Waves of protest about everything from human rights to the environment demonstrate the power of the people. The upcoming show “The Art of Protest” hopes to capture those voices and inspire others to express themselves.
“It’s invigorating to take action, during these critical times,” said Gretchen Allison, curator of “The Art of Protest,” which opens at the new Alchemy Art Center, 1255 Wold Road San Juan Island, May 4 through May 11. Admission is free, donations greatly appreciated.
Allison contemplated the project for a while, combining the powerful forces of art and protest, but there never seemed to be a venue that matched the show’s vision. Some places had waiting lists of two or more years. Allison did not want to wait and luckily the Alchemy Art Center opened. The exhibit suddenly began to fall into place.
Maria Michaelson, who grew up on San Juan Island, wanted to create something that brought the islands’ large art community together. She named it Alchemy Art because so many arts remind her of alchemy. Ceramics, for example, can feel very wizard like when creating various colors Michaelson said.
Like the “Art of Protest,” the center will combine many different art mediums. Available for the center’s members will be kilns for pottery, a darkroom for photography, a metal and bronze shop, ceramics room, glass room, space for classes, a library full of art books, a printing press, and eventually a space for woodworking as well. Interestingly much of the equipment Michaelson found herself inheriting from old islanders, like welding tools from Ernest Pugh. In fact, the very property the center is on is full of island history. Most recently, it was the home of a Buddhist temple, that later housed the environmental organization, Sea Shepherd. An interesting twist of fate as well, Island Stage Left, the local theater group, is located practically next door, a fact both Allison and Michaelson are very excited about possible collaboration. They dream of combined projects with the theater company.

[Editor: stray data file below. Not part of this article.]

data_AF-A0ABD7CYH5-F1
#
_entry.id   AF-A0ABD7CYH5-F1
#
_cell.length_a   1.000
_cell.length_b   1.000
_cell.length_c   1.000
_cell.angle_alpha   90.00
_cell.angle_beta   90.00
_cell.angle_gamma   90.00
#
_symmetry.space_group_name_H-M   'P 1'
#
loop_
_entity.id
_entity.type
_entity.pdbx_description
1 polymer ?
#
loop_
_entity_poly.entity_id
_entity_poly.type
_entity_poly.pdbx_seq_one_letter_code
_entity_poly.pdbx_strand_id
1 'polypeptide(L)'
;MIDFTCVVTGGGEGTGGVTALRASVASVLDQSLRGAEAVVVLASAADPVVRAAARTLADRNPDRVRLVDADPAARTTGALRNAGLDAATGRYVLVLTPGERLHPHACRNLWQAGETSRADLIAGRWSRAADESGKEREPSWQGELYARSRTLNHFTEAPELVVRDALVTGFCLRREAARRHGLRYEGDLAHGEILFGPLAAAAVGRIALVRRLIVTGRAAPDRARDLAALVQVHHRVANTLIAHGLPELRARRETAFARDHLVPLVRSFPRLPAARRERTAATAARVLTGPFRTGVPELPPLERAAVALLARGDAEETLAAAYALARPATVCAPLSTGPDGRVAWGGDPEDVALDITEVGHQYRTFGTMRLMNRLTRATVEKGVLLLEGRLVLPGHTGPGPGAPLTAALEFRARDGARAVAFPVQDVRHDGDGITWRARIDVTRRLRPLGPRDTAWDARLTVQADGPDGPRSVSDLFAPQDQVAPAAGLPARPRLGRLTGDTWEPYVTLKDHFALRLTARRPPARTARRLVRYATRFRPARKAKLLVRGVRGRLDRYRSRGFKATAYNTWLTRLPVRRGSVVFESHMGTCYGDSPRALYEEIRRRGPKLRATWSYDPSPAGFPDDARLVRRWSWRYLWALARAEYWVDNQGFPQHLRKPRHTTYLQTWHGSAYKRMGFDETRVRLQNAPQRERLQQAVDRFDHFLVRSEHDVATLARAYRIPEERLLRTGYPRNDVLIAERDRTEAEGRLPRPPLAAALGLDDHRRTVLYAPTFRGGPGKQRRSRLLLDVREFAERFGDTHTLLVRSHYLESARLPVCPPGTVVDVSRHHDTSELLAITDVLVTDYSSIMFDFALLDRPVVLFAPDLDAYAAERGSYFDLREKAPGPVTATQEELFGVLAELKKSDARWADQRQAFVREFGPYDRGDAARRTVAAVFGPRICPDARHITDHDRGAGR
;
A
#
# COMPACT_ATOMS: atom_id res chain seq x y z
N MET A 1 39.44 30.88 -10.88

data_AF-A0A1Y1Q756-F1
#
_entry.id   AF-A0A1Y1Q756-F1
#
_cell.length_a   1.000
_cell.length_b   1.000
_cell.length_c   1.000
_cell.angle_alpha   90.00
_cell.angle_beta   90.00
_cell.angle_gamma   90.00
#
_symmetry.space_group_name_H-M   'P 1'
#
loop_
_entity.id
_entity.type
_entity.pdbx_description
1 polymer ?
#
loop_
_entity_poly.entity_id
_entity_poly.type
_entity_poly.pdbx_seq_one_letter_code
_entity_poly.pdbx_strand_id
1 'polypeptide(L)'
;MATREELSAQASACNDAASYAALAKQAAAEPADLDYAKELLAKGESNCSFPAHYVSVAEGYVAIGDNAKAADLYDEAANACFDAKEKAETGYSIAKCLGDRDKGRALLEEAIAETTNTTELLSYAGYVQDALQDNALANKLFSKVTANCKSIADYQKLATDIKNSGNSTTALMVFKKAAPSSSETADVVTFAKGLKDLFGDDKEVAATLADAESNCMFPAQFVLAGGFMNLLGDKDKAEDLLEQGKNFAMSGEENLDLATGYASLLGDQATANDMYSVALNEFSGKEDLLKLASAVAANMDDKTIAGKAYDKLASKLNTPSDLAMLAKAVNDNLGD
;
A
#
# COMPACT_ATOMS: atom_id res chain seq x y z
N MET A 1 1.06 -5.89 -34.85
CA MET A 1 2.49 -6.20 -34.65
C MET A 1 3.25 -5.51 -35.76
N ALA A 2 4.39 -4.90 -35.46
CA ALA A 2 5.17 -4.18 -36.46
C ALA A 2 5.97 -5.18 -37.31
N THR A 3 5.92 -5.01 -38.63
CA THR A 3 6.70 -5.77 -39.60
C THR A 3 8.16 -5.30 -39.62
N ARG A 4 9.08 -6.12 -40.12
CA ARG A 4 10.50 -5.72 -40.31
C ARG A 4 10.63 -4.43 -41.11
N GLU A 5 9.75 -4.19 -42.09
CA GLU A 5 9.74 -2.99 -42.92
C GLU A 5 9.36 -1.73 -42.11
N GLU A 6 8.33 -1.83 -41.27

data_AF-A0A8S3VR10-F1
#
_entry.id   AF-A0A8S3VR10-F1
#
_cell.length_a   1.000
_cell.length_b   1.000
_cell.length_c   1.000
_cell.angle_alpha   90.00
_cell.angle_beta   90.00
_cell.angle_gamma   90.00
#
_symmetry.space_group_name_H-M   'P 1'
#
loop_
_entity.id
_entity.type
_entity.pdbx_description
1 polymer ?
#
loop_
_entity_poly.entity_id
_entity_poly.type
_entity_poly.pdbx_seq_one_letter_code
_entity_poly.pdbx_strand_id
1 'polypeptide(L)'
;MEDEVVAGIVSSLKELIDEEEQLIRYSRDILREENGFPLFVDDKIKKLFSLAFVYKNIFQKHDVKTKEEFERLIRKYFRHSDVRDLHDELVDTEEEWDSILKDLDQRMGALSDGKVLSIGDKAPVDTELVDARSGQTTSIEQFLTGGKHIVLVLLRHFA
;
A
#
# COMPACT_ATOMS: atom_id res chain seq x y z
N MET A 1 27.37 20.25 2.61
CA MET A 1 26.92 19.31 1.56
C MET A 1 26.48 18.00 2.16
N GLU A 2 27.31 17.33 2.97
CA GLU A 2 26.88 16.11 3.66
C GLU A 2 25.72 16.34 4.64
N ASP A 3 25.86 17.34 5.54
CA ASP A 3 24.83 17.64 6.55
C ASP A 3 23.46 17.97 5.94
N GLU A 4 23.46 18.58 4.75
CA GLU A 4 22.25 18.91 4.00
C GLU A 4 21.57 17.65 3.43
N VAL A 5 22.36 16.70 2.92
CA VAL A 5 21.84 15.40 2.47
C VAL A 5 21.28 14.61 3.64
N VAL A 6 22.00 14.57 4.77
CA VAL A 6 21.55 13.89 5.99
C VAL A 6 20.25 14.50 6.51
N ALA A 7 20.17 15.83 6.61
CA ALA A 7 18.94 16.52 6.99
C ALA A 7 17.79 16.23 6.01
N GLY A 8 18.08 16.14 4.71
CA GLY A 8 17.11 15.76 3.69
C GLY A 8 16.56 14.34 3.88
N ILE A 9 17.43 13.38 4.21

Because island artists have a tendency to be an introverted community, the two hope both the show and the center will help bring people together, and as Michaelson put it, create cross-pollination with the arts.
As an example of the variety of art mediums, the scheduled events include:
May 5 is movie night, as the power of protest is projected onto the ceiling of the centers dome.
May 6 at 4 p.m. will be a poetry reading of classics read by Helen Machin-Smith and Daniel Mayes of Island Stage Left, as well as original works being read by their authors. Then, at 6:30 p.m. begins an incredible music line up including locals Gabe Maas, Daniel Finn and Savio Farrell.
May 7, those who remember the kayakers protesting a Shell oil rig docked in the Seattle Port June of 2015 will appreciate the appearance of kayakavist and executive director of the Backbone Campaign, Bill Moyers. His presentation will begin at 2 p.m.
Allison is encouraging anyone else who would like to participate in “The Art of Protest” to contact her at 378-5733 by May 2, adding that more events will be included as more people jump on board.
“There are many people who are depressed and feeling overwhelmed with what is happening in our country right now, but if we can all come together, we can make a difference,” Allison said, explaining that art is a good way both to process emotions and encourage others to speak out. The country, Allison said is going in the wrong direction, rolling back environmental protections, for example, trying to enact a travel ban on people from certain countries, and individuals can feel helpless as a result.
“Protesting is a patriotic thing to do to in order to protect our country, morality and our freedoms,” Michaelson said. “It is important for people or feel charged up in whatever skill set they are comfortable with, use whatever voice and talents they have to speak up.”
While the recent uptick of protests has been inspiring Allison said people have been building up to this for a number of years. She tells the story of participating in an environmental protest a long time ago and the crowd was very small. Now, according to Michaelson and Allison, people are realizing more and more what is at stake, and becoming involved.
“I have never seen a time when people are so riled up and willing to give their own time,” Michaelson said.
Whether or not protest have been successful, Allison said, “Not yet, but this is just the beginning. I hope this exhibit will inspire people to continue using their voice and continue to show up at protests.”
To see more pictures of “The Art of Protest,” visit www.sanjuanjournal.com.